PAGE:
Tomorrow is another day. It will have its own twists and turns which I will never know until tomorrow. But, for now – today was a good day, a family day, a rainy day, a card-game-kind-of-day, a lazy day, a talk-to-wife-in-Delhi day, a sad day, a grateful day. About tomorrow and the day after, I sometimes question having a plan for life, because I know life usually has some other plans for me. It’s easier for me to surrender to life’s plan, and be equanimous towards everything that’s changing around me, than attempt to execute my own. It creates a spiritual balance that is good for me.
I visited Bhas maama’s house. While the grieving family was busy making chai, Bhas maama was resting peacefully in a mortuary, not too far from the place where he once lived, waiting for his son to return from America. We reminisced Bhas maama’s Britishness, supreme culinary skills, and how often he said “thank you” to his wife. He was a good man. As I drove out of Bhas maama’s house, I witnessed a wedding procession on the one side of the street, and a war cemetery submerged from the recent rains on the other. As I photographed this incredibly sad, yet poetic sight, I couldn’t help wonder, if even nature stopped caring about the departed.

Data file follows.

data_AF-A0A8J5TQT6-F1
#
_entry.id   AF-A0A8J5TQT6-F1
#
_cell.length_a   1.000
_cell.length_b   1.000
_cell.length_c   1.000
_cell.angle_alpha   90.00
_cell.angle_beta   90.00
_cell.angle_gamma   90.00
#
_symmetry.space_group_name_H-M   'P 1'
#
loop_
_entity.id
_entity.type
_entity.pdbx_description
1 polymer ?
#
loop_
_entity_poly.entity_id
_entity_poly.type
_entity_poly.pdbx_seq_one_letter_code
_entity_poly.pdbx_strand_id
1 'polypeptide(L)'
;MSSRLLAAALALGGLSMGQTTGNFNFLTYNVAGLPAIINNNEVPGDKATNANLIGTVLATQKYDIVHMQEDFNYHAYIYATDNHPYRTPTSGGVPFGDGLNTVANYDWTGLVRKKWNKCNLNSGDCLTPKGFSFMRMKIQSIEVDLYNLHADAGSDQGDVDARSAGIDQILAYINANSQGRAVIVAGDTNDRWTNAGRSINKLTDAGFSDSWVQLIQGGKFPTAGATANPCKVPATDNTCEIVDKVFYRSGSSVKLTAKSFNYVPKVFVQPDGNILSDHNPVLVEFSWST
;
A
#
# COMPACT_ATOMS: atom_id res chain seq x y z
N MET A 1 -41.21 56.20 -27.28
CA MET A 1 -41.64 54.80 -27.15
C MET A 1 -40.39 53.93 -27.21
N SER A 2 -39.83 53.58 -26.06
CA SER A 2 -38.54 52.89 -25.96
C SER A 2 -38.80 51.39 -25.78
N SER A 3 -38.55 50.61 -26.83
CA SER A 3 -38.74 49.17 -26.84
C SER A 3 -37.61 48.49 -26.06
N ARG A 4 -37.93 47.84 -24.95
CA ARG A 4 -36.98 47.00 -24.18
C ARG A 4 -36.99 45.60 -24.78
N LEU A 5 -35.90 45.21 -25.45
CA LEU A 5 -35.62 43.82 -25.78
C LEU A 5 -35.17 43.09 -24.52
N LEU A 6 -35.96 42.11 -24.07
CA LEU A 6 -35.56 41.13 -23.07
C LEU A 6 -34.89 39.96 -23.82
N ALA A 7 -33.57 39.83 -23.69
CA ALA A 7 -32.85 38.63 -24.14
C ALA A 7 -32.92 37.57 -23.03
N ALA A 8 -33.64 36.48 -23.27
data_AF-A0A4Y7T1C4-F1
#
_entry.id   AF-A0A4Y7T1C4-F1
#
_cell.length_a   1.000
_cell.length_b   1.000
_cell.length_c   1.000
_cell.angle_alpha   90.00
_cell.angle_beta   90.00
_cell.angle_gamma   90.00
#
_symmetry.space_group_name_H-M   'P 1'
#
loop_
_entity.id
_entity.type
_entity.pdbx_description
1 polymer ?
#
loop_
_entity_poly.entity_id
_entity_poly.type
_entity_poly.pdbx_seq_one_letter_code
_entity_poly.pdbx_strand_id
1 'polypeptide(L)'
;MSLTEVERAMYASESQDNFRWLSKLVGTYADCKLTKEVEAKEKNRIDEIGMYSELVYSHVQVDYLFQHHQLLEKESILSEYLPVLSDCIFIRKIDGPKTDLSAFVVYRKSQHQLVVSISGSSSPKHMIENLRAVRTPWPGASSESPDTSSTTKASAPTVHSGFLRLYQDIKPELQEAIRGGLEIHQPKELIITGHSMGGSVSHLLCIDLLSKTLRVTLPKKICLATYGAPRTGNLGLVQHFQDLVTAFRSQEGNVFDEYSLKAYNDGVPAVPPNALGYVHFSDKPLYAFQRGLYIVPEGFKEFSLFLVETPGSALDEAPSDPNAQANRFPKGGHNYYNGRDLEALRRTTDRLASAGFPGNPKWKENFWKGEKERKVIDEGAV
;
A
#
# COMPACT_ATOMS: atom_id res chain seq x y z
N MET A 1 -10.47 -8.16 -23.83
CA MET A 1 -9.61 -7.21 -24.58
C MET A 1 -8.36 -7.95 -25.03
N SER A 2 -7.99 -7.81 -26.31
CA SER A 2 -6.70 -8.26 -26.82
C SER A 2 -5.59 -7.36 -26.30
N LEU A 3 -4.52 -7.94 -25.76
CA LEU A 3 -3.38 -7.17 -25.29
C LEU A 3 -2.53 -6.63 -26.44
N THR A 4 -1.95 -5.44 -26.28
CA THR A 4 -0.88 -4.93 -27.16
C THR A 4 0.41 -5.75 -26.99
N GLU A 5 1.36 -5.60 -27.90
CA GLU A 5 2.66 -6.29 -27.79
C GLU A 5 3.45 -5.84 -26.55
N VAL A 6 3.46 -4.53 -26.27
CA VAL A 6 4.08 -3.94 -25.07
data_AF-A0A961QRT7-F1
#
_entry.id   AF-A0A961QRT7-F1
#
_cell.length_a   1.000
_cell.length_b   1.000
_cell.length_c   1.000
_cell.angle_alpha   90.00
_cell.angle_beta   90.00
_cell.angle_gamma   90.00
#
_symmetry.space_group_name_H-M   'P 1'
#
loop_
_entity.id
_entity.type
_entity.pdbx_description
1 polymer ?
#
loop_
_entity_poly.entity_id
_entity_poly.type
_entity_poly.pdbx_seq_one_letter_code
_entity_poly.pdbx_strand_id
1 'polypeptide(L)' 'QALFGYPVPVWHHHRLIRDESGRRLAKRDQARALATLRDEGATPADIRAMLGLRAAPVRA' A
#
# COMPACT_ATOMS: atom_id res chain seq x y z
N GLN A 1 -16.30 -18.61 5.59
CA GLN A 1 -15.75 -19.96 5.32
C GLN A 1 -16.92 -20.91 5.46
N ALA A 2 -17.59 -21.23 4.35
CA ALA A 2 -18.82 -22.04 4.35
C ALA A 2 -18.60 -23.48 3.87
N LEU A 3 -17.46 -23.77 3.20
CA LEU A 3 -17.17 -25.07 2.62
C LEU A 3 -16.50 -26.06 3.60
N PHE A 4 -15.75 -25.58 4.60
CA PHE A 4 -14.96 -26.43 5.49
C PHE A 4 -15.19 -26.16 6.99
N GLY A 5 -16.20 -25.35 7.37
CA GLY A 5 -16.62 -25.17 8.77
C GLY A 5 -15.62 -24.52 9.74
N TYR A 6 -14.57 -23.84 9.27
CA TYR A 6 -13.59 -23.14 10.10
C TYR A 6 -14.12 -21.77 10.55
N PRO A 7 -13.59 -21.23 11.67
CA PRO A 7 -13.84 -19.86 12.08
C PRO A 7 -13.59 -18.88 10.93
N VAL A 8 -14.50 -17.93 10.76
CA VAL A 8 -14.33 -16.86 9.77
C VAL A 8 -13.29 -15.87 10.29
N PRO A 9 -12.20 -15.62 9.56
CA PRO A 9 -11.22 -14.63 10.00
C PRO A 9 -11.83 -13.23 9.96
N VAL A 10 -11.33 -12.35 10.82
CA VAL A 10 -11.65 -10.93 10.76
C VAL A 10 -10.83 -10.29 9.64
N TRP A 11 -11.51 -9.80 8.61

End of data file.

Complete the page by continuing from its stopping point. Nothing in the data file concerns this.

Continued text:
On Life and death
Life in itself doesn’t just end. In one corner of the world where one’s life ends, on the other corner, someone else’s life just begins. In my life, as I was remembering someone who had just passed, there was a wedding in a different place and a wedding anniversary in yet another. When one corner is grieving, the other corner is celebrating.
Nature seems to maintain this tight balance between evil and good, innocence and dementia, young and old, sadness and happiness, celebrations and funerals, birth and death.
Right now, here in India, I happen to have a front row seat for watching the previous generation gently fade away, leaving behind memories that will someday fade as well . The last death of a close one was one of my grandparents, almost twenty years ago. Since then, I have witnessed twenty years of births and birthdays, weddings and anniversaries. Maybe, just maybe, I’ll be fortunate enough to witness one more round of celebrations before I myself start fading away.
I think of death differently. The departed don’t pass away. They simply pass through. All of us pass through the earth, pass through the joys and trepidations of life, pass through hopes and fears, pass through life and death.
We don’t pass away.
We just pass through.
R.I.P. Bhas maama. I’ll call you when I get there.